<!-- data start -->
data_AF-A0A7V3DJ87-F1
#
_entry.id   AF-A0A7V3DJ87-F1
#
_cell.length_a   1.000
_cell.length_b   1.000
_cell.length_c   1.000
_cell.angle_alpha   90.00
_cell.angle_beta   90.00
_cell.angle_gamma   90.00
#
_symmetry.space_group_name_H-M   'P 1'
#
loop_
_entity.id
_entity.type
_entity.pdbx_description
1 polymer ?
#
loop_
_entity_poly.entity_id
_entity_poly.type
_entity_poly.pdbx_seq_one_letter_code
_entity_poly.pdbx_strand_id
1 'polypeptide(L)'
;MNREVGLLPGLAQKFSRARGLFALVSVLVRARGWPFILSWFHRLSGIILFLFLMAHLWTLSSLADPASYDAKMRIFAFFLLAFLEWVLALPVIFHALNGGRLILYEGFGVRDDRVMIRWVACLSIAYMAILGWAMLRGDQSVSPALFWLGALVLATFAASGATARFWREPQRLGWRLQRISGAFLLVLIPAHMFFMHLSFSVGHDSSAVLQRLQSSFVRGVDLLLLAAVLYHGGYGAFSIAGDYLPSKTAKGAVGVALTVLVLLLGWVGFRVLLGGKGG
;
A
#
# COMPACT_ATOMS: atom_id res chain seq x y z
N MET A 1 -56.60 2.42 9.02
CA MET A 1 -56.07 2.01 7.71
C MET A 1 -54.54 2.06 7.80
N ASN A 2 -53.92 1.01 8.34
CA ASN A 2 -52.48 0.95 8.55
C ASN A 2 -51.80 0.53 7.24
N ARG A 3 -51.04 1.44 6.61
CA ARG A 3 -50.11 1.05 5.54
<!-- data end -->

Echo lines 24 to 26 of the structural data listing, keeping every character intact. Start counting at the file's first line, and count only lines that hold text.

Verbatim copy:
_entity_poly.pdbx_strand_id
1 'polypeptide(L)'
;MNREVGLLPGLAQKFSRARGLFALVSVLVRARGWPFILSWFHRLSGIILFLFLMAHLWTLSSLADPASYDAKMRIFAFFLLAFLEWVLALPVIFHALNGGRLILYEGFGVRDDRVMIRWVACLSIAYMAILGWAMLRGDQSVSPALFWLGALVLATFAASGATARFWREPQRLGWRLQRISGAFLLVLIPAHMFFMHLSFSVGHDSSAVLQRLQSSFVRGVDLLLLAAVLYHGGYGAFSIAGDYLPSKTAKGAVGVALTVLVLLLGWVGFRVLLGGKGG